Here is some practical information that I find useful to understand (and particularly to work with) SVG viewPort and viewBox.
SVG uses the terms viewPort and viewBox. The viewBox is inside the viewPort. Think of the viewBox as the image itself – because you can zoom it, slide it left/right/up/down – all within the viewPort. The viewPort (the SVG tag itself) is like a container that the SVG image is inside. You can size this also, and move it around left/right/up/down. And the SVG tag is within an HTML container (div, p, aside, h3, etc). So you can see why people find viewPort / viewBox to be a bit confusing. Just think of viewBox as the image itself.
The width/height attributes on the SVG tag provide the size of the viewPort. This is the width/height of the container in which the SVG image is displayed. (You can also have
y="" attributes, just as you have in the viewBox attribute.)
So, on the SVG itself, you specify width /height and starting x offset / starting y offset – these are called the viewPort (aka ViewPort Coord System)
In the viewBox attribute, you specify "x y width height" – these are called the viewBox (aka Local Coord System LCS)
<svg x="0" y="0" width="500" height="300"
viewBox="start_x start_y width height" >
...path fill d etc...
Important Concept #1: the width/height of the viewPort (the ones that are on the SVG tag itself, as width="" and height="") specify the size of the container in which the SVG image will be displayed. Usually, or if omitted, this is the exact size as (or a tiny bit larger than) the SVG image itself.
Super-Important Concept #2: the width/height of the viewBox is directly related to the width/height of the viewPort. If the viewPort is 300 x 500, then as the viewBox W / H numbers get LARGER than 300 x 500, the image itself grows smaller within the viewPort (zooms out). But as the viewBox w/h gets smaller than 300 x 500, the image itself grows LARGER within the viewPort. This growth is to the right and down, so if you need to slide the zoomed-in image around in the now-too-small viewPort, that is when you use the X / Y values of the viewBox.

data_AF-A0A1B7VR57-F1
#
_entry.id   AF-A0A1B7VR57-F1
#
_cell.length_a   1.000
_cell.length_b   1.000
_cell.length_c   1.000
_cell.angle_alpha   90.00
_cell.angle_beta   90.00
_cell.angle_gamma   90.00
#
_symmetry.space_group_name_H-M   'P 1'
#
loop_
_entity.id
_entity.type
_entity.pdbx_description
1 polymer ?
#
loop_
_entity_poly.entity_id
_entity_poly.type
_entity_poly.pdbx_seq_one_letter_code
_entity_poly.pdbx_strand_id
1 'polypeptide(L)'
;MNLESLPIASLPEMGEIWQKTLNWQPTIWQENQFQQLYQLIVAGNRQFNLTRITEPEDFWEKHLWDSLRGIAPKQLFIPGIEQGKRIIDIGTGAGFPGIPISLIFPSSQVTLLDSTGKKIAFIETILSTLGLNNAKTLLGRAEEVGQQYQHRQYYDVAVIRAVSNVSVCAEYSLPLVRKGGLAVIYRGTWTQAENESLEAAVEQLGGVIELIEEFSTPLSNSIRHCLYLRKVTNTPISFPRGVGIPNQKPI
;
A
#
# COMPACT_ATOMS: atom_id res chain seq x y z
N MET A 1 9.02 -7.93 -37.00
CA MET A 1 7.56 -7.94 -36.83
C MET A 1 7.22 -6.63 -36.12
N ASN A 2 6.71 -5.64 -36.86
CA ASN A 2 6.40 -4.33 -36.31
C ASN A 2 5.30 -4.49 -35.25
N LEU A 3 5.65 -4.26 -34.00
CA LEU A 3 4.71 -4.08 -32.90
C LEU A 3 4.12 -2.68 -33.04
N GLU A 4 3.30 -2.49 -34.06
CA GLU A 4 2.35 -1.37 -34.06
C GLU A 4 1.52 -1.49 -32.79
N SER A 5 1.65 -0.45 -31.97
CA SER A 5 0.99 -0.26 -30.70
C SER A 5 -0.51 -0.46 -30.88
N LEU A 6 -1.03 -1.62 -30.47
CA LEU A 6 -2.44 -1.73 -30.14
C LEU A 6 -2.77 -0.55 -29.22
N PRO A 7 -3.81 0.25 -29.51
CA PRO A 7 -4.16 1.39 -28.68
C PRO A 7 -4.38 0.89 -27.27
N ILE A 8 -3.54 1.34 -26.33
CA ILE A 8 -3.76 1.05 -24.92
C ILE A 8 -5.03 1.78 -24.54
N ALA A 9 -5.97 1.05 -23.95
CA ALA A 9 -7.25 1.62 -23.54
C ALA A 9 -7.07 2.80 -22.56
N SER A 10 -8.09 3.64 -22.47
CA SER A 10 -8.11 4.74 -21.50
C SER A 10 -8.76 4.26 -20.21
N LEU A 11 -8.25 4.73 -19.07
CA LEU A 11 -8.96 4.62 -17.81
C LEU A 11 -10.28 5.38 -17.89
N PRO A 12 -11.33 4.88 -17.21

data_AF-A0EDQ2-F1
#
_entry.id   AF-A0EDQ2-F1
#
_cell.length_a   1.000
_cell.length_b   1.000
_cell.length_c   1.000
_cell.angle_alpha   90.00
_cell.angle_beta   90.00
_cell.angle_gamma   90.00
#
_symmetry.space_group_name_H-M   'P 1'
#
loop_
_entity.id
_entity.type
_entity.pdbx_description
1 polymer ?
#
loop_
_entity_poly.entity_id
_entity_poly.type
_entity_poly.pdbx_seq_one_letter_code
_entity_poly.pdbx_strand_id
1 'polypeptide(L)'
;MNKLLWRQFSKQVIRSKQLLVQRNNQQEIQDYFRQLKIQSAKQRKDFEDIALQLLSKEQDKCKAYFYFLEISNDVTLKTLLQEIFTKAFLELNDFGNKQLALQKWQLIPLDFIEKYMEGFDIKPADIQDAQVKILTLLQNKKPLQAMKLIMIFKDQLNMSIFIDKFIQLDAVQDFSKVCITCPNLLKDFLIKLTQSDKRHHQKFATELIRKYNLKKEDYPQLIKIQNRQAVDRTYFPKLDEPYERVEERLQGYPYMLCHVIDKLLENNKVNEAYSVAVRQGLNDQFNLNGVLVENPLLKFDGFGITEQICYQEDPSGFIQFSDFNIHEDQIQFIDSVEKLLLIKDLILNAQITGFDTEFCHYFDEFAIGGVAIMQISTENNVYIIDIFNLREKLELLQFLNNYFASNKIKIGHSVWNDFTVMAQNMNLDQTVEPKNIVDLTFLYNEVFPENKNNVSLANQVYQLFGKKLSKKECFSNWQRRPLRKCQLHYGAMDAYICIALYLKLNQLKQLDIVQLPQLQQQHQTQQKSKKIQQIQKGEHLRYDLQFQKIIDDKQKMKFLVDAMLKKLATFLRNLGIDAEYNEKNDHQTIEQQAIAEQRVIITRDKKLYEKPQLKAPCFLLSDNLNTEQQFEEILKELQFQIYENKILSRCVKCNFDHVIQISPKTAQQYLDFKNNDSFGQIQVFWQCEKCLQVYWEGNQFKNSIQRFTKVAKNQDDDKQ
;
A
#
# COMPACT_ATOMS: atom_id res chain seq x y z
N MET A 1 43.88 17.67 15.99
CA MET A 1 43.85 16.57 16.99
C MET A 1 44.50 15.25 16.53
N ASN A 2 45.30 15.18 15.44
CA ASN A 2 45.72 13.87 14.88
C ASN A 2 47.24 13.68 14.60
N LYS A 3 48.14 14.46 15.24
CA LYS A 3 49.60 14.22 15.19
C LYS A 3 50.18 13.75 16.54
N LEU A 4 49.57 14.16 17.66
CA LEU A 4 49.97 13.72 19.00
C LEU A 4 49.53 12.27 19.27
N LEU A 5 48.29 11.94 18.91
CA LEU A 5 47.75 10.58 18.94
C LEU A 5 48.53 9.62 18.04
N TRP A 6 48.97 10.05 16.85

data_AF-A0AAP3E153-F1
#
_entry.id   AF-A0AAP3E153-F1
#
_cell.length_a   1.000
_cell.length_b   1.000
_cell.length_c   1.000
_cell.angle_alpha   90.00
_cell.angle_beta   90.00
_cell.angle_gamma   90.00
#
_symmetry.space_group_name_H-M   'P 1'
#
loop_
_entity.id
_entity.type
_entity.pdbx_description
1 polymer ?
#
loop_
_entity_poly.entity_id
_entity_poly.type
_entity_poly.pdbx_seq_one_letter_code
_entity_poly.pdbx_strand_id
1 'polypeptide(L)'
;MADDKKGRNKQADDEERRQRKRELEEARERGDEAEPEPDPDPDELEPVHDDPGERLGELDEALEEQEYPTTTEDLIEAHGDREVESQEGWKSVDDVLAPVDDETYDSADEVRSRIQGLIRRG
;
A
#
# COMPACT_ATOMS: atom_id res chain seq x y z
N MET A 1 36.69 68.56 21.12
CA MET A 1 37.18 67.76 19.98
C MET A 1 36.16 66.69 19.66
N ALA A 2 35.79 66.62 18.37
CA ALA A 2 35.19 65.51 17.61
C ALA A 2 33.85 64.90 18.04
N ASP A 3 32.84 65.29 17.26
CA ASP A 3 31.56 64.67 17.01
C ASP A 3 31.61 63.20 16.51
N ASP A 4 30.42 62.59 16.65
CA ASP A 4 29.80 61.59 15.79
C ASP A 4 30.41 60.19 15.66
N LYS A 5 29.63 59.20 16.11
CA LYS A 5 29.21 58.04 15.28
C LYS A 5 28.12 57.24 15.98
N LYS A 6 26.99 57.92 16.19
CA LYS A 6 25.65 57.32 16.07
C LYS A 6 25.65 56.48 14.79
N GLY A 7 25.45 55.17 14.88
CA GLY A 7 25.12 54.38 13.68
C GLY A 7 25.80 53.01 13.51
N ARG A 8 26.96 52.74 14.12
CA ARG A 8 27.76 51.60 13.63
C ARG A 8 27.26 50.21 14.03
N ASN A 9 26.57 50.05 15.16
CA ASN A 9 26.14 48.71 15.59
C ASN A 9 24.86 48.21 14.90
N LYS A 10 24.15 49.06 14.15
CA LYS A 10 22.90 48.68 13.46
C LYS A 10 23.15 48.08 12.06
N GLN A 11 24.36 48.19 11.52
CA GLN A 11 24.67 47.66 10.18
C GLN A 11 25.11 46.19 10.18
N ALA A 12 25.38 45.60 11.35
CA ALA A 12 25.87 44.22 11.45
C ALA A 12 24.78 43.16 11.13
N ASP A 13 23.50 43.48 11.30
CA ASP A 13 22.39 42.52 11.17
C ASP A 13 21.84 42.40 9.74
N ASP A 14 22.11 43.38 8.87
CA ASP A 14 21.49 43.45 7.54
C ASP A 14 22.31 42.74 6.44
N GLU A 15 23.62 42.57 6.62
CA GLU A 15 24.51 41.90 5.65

viewBox x/y – slides the SVG right/down inside the viewPort
viewBox width/height – as increase larger than the SVG tag's width/height, it zooms the image OUT inside the viewPort. The SVG shrinks right/down within the viewport. Decrease number below the SVG width/height attribs: the image will GROW in the viewport until portions of the image to the right/bottom may be cut off by the rightSide/Bottom of the viewPort. *(i.e. when the width/height numbers in the viewBox attribute are less than the width/height attributes on the SVG, the image ZOOMS IN within the viewPort. When larger, the image zooms OUT (shrinks) with the viewPort.
viewPort x/y == slides the viewport itself right/down within its HTML container
viewPort width/height – resizes the entire viewPort larger, possibly overflowing the HTML container (div / p / etc). Basically, makes the viewPort larger by growing it right/down.
a. If you do not include the ViewBox attribute on the SVG, then the size of the viewBox equals the size of the viewPort (takes 100% of the viewPort)
b. If the viewBox begins
0,0 and has same width/height as the SVG width/height (i.e. the viewPort), nothing will change. Equivalent to not having a viewbox attribute at all.
c. If you have a viewPort the size of a deck of cards, but the SVG image is the size of a cereal box, then increasing the viewBox "x y …" numbers will move the cereal box image up/left in the viewPort, showing a different part of the cereal box's image. This would be useful with sprites
d. (Usually (always!) the SVG element is also inside an HTML container - a div, p, section, li, whatever. We didn't discuss this, but remember it. If your image is being cut off, then either the viewBox is larger than the viewPort -OR- the HTML container element (div, etc) is smaller than the viewPort)
Here are two (excellent!) short videos, referred to us by the author of this answer within this same thread:
2min video demo
5min video demo (same guy, much better)